d then, alas! will be over our unhappy country a reign of terror none the less terrific than that which deluged with blood and strewed with carnage revolutionary France. Supposing, then, the State to have seceded, and war to have opened, what trophies do you look for?--what are you to gain? Will you win greater security forinstitution of slavery by secession, we shall weaken, if not destroy it. If the war which disunion is to bring with it shall continue for a few years, England and France, cut off from their supplies of American cotton, will seek them from other sources; and as it is well ascertained that cotton can be grown to any extent in India,ontinuance of the war, and the opening of railroads to transport it to the sea, will so stimulate the production that, before the lapse of many years, England and France will not be dependent on the Southern States for their supplies and the Southern cotton monopoly being thus gone, what will slavery be worth? And what will the C
om private factories of our own country, instead of making purchases from abroad. As rifled cannon are, in point of effectiveness, far superior to smooth-bored, arrangements have been made to rifle a large portion of the guns on hand, and the work is still in progress. Some patriotic American citizens resident in Europe, fearing that the country might not have a sufficient supply, purchased on their own responsibility, through cooperation with the United States Ministers to England and France, a number of improved cannon and muskets, and, at your instance, this department accepted the drafts drawn to defray the outlay thus assumed. A perfect battery of six Whitworth twelve-pounder rifled cannon, with three thousand rounds of ammunition, the munificent donation of sympathizing friends in Europe, has also been received from England. It will be necessary for Congress, either at its approaching special, or at its next annual session, to adopt measures for the reorganization, upon
service. These officers, generally of great experience and intelligence, and occupying the highest position in the merchant service, have voluntarily come forward and offered themselves for useful duty on board our public vessels, where they are contributing to the efficiency of the Navy. iron-Clad steamers, or floating batteries. Much attention has been given, within the last few years, to the subject of floating batteries, or iron-clad steamers. Other governments, and particularly France and England, have made it a special object, in connection with naval improvements; and the ingenuity and inventive faculties of our own countrymen have also been stimulated, by recent occurrences, towards the construction of this class of vessels. The period is, perhaps, not one best adapted to heavy expenditures by the way of experiment, and the time and attention of some of those who are most competent to investigate and form correct conclusions on this subject, are otherwise employed. I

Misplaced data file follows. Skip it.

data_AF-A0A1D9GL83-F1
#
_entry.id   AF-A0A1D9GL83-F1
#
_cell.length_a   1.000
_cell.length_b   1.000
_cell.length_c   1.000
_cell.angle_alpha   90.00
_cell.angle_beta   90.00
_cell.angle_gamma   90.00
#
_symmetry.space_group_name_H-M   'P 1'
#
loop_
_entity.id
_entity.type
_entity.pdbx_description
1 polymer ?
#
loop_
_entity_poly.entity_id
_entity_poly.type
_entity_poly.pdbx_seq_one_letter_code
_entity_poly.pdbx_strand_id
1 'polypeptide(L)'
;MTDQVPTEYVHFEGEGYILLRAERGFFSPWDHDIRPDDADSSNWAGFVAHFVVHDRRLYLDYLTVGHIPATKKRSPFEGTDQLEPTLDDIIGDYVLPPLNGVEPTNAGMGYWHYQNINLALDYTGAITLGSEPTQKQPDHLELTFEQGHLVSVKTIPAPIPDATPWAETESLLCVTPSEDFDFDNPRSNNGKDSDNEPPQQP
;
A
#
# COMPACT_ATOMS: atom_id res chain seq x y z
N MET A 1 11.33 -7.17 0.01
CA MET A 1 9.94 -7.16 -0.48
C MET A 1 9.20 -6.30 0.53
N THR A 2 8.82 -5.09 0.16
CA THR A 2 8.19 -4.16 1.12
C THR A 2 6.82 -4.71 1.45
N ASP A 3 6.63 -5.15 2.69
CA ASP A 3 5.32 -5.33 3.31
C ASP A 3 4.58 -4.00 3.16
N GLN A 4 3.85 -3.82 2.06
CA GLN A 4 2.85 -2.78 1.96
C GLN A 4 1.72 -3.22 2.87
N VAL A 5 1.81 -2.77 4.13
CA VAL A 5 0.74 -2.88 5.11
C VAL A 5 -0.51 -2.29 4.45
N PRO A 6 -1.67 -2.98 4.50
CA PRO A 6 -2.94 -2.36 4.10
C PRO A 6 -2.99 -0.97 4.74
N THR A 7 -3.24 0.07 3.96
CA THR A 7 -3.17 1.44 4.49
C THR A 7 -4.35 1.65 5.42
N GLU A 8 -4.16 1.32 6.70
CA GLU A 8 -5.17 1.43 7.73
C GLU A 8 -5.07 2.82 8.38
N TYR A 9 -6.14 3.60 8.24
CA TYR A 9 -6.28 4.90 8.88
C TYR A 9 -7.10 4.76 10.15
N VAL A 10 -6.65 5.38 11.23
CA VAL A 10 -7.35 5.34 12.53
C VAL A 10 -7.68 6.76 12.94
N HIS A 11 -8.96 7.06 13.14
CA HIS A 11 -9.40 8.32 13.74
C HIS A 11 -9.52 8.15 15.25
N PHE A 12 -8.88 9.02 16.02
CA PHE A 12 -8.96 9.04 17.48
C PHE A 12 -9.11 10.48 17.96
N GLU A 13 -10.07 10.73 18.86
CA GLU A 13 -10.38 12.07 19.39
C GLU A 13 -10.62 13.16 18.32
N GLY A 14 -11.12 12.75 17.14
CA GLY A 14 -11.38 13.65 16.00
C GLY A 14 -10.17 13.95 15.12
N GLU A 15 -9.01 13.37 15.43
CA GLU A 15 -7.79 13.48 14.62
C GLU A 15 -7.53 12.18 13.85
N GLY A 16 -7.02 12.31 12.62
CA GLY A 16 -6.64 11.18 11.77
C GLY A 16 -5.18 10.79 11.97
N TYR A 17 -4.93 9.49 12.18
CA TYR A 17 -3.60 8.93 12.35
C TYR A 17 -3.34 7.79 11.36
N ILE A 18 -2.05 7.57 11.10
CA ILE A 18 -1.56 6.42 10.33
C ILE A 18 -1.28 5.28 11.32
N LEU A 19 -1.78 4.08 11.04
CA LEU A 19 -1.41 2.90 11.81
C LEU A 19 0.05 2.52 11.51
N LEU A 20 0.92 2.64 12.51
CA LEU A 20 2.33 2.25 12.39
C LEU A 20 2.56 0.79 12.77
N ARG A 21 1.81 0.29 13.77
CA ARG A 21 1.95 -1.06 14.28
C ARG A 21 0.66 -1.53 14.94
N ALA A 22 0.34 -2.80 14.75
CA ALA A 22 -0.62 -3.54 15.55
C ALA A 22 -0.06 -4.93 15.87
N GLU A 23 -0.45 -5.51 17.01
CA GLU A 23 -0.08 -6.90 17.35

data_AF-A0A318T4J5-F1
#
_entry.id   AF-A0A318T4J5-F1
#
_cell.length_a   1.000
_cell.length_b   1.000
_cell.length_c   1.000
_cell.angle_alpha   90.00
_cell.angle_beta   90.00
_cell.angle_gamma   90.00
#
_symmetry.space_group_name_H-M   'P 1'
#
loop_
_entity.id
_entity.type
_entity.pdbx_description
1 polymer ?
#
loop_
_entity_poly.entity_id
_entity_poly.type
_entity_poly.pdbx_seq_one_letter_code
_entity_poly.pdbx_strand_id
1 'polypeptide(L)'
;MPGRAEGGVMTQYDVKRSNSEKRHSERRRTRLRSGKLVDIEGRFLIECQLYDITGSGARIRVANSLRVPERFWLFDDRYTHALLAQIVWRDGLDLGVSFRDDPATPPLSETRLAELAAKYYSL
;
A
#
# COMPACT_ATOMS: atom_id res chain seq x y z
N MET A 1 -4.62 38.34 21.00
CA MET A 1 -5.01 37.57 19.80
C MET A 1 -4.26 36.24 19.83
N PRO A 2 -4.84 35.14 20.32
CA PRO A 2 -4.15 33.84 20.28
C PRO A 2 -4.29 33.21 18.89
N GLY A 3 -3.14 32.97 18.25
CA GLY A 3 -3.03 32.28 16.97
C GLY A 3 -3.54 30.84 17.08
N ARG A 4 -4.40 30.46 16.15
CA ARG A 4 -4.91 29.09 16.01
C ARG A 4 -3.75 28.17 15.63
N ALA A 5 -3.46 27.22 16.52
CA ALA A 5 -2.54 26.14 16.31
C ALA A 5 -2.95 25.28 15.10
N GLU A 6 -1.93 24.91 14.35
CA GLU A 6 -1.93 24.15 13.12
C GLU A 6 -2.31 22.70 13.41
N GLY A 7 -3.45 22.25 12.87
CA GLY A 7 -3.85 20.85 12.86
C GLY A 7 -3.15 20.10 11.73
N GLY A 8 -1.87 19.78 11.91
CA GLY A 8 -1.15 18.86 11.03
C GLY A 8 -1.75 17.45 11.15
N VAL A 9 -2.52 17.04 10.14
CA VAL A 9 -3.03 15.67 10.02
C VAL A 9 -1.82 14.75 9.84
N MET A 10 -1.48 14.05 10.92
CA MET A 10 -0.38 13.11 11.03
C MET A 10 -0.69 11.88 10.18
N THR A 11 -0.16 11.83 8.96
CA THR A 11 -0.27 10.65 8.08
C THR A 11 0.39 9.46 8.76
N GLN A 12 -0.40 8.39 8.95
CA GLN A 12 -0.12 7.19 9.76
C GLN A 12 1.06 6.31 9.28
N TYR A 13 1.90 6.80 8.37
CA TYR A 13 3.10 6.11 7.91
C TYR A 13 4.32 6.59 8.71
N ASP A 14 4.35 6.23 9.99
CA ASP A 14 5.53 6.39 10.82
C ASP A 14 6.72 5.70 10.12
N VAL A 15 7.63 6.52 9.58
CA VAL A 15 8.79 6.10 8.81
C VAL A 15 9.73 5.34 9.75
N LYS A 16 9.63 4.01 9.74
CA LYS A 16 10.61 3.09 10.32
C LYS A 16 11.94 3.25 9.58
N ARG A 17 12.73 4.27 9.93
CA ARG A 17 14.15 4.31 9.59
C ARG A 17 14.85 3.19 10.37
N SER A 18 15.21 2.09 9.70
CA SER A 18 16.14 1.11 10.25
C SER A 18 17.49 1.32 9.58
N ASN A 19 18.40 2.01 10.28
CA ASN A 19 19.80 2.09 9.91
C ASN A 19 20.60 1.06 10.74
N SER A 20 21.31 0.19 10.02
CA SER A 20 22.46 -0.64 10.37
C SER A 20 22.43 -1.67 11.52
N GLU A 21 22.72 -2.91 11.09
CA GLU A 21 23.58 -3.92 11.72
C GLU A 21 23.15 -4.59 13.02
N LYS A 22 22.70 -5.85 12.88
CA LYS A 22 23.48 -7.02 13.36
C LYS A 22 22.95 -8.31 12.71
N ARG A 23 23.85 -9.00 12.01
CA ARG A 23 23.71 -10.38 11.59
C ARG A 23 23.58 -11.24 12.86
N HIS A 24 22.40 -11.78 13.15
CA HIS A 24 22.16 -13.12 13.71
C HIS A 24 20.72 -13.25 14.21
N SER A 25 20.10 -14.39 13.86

esent facilities for intercommunication, may be more accessible to every other than were the original States to each other at the time the confederacy was formed. It is destined at no distant day to become permanently the commercial centre, when France and England will pay tribute to New York, and the Rothschilds and the Barings will sell exchange on Wall street at a premium; and it requires no romantic stretch of the imagination to believe that the time is at hand, when man, regarding his own of reckoning shall come, he will call upon the rocks and mountains to hide him from popular indignation. But with all its attending evils, such a Union cannot be yielded to its demands, nor to avoid its terrors, even though, like the Republic of France, we may exchange for a time liberty, equality, and fraternity, for infantry, cavalry, and artillery. Nor are tame and timid measures the guarantors of peace. It is as much the nature of faction to be base as of patriotism to be noble; and a div
less than five millions of people depend upon cotton for their daily bread; in France, several hundred thousands, if not millions, (I am not particular in my statisttation of cotton alone. And if you take into account the numbers in England, France, Germany, Holland, and Bremen, engaged in it, you will find that it will amountor they are supplied by British manufactories. Nor can they furnish Germany or France. Out of the two hundred and fifty millions of goods they sold, they did not selling what they will do. It is so in the history of other empires; it was so in France. They say we are revolutionists; they call us rebels. I think it will be a re check it, Lincoln and the rest will be dealt with just as I tell you it was in France. Why the conservative sentiment of the North is against this war. When I tellause.) At the North there is anarchy. Property will migrate just as it did in France. That is the end. How long will they be able to war against us? I tell you
sly to be resisted. It is precisely this class of men who have subverted the best governments that have ever existed. The purest spirits that have lived in the tide of times, the noblest institutions that have arisen to bless our race, have found among those in whom they had most confided, and whom they had most honored, men wicked enough, either secretly to betray them unto death, or openly to seek their overthrow by lawless violence. The Republic of England had its Monk; the Republic of France had its Bonaparte; the Republic of Rome had its Caesar and its Catiline, and the Saviour of the world had his Judas Iscariot. It cannot be necessary that I should declare to you, for you know them well, who they are whose parricidal swords are now unsheathed against the Republic of the United States. Their names are inscribed upon a scroll of infamy that can never perish. The most distinguished of them were educated by the charity of the Government on which they are now making war. For lo